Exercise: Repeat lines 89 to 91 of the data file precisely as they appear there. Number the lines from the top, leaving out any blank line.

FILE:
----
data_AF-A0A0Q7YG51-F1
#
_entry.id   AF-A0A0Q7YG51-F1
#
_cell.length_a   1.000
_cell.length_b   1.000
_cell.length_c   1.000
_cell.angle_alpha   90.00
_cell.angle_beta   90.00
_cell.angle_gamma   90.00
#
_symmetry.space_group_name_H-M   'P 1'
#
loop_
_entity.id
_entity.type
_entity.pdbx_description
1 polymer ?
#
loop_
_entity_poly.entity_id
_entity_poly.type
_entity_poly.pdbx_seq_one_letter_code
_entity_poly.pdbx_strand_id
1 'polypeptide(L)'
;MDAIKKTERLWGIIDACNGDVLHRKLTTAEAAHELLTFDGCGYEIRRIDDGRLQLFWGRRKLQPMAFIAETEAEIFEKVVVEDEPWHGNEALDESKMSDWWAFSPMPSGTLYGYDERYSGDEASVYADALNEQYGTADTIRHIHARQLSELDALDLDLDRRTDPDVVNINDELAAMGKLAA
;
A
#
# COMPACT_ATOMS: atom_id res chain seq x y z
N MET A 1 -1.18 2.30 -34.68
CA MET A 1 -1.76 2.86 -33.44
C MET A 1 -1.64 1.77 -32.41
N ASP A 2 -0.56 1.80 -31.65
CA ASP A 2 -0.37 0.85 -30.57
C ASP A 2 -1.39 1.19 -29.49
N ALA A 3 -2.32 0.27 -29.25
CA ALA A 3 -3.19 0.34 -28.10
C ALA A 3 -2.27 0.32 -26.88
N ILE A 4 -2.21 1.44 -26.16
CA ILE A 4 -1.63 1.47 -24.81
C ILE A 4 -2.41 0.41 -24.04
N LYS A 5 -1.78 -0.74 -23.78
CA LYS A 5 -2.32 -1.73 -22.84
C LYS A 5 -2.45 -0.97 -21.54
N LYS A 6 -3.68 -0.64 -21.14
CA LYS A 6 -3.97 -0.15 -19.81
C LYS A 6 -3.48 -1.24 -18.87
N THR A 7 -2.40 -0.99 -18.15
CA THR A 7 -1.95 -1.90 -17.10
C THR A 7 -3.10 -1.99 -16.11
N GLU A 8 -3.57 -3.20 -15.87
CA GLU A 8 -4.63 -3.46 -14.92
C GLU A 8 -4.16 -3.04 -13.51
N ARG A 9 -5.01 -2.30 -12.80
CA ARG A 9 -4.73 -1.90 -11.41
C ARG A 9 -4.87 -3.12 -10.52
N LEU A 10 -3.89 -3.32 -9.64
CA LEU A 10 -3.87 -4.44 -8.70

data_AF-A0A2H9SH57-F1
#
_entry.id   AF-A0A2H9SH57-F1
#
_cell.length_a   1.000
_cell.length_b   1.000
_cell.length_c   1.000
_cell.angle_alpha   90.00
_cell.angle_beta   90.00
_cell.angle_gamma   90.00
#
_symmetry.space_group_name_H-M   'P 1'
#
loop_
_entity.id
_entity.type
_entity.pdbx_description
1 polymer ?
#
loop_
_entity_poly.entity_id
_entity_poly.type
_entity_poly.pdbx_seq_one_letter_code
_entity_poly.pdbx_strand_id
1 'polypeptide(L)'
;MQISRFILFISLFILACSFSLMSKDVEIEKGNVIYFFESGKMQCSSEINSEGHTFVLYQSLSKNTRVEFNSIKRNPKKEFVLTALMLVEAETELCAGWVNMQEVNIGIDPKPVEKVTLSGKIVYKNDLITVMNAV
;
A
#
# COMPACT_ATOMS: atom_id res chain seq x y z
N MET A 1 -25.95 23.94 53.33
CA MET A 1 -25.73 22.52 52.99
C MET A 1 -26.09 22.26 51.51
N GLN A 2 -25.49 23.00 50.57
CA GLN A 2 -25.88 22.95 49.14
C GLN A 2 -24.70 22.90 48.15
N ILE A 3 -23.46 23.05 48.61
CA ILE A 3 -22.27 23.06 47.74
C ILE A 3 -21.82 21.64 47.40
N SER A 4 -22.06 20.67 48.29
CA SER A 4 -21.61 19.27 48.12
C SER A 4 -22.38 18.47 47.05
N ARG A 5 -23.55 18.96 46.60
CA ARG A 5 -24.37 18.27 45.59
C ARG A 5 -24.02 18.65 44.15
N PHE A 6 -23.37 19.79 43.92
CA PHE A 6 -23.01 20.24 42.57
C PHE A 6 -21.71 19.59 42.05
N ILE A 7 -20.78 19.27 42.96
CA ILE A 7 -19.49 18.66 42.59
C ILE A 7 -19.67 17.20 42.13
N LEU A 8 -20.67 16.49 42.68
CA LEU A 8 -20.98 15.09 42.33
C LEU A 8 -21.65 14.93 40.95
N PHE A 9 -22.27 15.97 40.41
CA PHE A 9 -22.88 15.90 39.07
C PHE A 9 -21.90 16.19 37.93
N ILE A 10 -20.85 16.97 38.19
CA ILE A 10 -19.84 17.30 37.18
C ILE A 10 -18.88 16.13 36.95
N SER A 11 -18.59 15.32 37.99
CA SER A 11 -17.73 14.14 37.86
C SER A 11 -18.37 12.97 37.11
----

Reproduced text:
# COMPACT_ATOMS: atom_id res chain seq x y z
N MET A 1 -25.95 23.94 53.33
CA MET A 1 -25.73 22.52 52.99